9:43 PM, January 06, 2006  
Blogger Dan Phillips said...

You're welcome

And, wow, long live Amoeba!

12:02 AM, January 07, 2006  
Anonymous Carl said...

Boy, The Wild Tchoupitoulas LP was one I purchased long, long ago and played many times. I especially enjoyed playing cuts from it when I was a D.J. at the Mississippi State University student-run radio station back in the early 80's. I definitely had to get (and eventually did get) the CD release of this album many years later.

12:31 PM, January 10, 2006  
Anonymous emily xyz said...

Thanks for your site and for helping keep this music alive. I was listening to the Wild Tchopitoulas tonight and went searching for lyrics -- which I could not find -- so here, in honor of Mardi Gras, 2 of my favorite songs ("Golden Crown" will take a little longer -- northern ears!) . If anybody can correct or fill in, I would be happy to know the right words, thanks and God Bless New Orleans -- emily xyz


LYRICS TO "BROTHER JOHN" and "MEET THE BOYS" by the Wild Tchopetoulas

Brother John Is Gone

Jackomo feena hey – Jackomo feena hey
well baby you don't like what the big chief say you just
Jackomo feena hey

Well my brother, brother, brother John is gone
Hey now, hey now, brother John is gone

Well I remember the morning, remember it well
[brother John is gone]
Well I remember the morning my brother John fell
[brother John is gone]
Well I tol' her(?) he died on the battlefield
[brother John is gone]
and the rest of his gang won't bow they won't kneel

talkin 'bout brother, brother, brother John is gone

He set a mighty good (?) fire on Mardi Gras day
[brother John is gone]
and whoever wasn' ready had to get out the way
He was a mighty brave with a heart of steel
[brother John is gone]
he never would bow and he never would kneel

Brother, brother, brother John is gone

Sing about brother, brother, brother John is gone

He had a mighty coody (?) fire on Mardi Gras day
[brother John is gone]
and whoever wasn' ready had to get out the way
He was a mighty mighty brave and he sang his song
[brother John is gone]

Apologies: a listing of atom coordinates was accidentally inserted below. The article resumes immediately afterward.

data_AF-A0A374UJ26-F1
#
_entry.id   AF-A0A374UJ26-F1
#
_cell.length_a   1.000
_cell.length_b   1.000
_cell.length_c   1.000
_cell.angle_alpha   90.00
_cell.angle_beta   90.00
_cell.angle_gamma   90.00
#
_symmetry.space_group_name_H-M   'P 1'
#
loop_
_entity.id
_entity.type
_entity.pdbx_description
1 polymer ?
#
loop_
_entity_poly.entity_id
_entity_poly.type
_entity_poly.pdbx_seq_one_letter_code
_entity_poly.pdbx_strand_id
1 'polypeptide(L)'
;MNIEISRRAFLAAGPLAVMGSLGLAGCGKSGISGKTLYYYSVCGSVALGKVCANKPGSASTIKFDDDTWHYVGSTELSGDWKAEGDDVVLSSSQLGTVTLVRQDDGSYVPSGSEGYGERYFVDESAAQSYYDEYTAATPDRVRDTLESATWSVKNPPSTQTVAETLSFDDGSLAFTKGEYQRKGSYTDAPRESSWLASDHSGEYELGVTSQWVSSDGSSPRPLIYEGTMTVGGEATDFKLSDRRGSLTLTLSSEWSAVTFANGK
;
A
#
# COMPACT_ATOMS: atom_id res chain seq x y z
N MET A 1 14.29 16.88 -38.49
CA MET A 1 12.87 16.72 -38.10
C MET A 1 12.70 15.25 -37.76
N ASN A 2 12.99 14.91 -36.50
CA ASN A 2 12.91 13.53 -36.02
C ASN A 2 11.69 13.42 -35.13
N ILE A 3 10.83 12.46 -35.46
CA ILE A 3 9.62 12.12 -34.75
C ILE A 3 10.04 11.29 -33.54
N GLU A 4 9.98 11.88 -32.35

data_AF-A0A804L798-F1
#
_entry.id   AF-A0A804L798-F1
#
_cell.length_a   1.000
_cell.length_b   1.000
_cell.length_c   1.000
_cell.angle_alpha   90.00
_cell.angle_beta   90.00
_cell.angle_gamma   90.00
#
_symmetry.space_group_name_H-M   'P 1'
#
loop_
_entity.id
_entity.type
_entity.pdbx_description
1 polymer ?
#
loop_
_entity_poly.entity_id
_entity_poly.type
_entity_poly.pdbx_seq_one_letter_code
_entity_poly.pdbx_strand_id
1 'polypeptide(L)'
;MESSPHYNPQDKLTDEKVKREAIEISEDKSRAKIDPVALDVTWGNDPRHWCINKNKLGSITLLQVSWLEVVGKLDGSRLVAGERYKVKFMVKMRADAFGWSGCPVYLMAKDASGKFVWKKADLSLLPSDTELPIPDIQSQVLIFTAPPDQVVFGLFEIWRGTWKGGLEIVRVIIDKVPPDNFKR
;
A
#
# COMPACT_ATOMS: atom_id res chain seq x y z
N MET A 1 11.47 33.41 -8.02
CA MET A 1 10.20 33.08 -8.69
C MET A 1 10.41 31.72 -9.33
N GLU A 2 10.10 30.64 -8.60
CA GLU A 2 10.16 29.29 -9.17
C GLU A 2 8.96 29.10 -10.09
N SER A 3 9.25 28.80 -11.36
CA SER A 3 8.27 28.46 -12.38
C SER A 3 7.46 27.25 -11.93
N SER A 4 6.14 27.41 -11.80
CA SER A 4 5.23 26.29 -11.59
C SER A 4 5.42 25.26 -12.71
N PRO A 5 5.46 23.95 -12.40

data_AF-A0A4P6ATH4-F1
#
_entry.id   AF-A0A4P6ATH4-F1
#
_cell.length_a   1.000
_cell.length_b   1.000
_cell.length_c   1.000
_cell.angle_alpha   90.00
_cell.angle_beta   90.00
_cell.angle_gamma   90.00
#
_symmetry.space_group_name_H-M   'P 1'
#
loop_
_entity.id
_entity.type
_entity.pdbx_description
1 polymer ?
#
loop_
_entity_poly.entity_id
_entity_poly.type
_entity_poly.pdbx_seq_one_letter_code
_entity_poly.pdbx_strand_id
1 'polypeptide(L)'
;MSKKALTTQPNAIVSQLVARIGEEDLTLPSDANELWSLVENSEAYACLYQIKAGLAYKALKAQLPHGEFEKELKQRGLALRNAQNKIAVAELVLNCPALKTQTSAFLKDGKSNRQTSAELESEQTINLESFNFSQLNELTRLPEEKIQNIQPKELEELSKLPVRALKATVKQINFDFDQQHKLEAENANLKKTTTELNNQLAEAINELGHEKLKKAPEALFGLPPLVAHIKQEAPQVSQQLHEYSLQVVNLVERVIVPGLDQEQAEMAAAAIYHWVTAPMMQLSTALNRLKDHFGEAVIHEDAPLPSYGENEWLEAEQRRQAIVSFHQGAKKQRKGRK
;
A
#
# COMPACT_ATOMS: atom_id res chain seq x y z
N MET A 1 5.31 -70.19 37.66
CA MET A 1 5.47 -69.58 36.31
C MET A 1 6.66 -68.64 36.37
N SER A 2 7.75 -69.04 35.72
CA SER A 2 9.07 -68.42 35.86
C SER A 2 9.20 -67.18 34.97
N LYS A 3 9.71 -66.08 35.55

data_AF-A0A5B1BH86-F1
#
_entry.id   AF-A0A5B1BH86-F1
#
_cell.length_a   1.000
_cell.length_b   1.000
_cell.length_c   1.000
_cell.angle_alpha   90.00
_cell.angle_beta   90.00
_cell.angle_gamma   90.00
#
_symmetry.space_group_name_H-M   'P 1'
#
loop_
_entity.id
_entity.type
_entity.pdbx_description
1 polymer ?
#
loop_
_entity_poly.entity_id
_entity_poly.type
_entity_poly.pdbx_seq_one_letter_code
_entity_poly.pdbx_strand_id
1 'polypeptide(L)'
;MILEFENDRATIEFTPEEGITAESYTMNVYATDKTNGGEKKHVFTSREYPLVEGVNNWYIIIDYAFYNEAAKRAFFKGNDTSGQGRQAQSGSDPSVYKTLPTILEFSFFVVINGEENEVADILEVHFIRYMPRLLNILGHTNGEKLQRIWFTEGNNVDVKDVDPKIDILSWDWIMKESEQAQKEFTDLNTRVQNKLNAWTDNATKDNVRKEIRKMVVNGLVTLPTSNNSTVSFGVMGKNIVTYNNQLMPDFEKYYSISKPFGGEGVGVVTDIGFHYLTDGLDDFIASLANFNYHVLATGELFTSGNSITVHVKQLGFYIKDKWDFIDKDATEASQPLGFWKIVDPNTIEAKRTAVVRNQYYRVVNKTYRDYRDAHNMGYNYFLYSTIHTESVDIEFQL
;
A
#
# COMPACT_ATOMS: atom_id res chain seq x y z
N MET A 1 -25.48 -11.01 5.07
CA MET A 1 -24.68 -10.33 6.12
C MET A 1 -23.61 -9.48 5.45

that's why his gang's still to carry on
[brother John is gone]

Let's still sing about brother, brother, brother John is gone
Brother, brother, brother John is gone
Keep on singin about brother, brother, brother John is gone
Brother, brother, brother John is gone


Meet the Boys on the Battle Front

Meet the boys on the battle front
Meet the boys on the battle front
Meet the boys on the battle front
for the Wild Tchopetoulas gonna stomp some rump!

Well the prettiest little thing that I ever see
Mardi Gras Indians down in New Orleans
Sewed all night and he sewed all day
Mardi Gras morning, went all the way!

Meet the boys on the battle front...

Indians comin' from all over town
Big Chief singin, gonna take 'em down
Jackeemo feeno elaa hey
Indians are rulers on the holiday

Meet the boys on the battle front...

Mardi Gras morning, won't be long
Gonna play Indian, gonna carry on
Maskers runnin' up and down the avenue [holler]
"Here come the Indians, let 'em through!"

Meet the boys on the battle front...

I'm a Indian ruler from the 13 Ward
[ ?? patois]
I walk through fire an' I smash through mud,
Snatch the feathers from a eagle, drank panther blood

Meet the boys on the battle front...

Got a itty-bitty spy got a heart of steel
Shank won't get you his hatchet will
Gedde may hocko m'yoo na no [?? patois]
He shoot the gun in the jailhouse door

Meet the boys on the battle front...

I'll bring my gang all over town
Drink fire water till the sun go down
We get back home, we gonna kneel and pray
We had some fun on the holiday!

Meet the boys on the battle front...

11:11 PM, February 27, 2006  
Anonymous Anonymous said...

yeah can't seem to find the definative lyrics either.
On Brother John [David Lindley version]:
1st Verse: "Cory" he died...
2nd Verse I have "He sang a mighty goo-d ??Vi-o?? on Mardi Gras Day" Spent an hour in a French English dictionary with no good results.
:-(

2:23 AM, May 09, 2006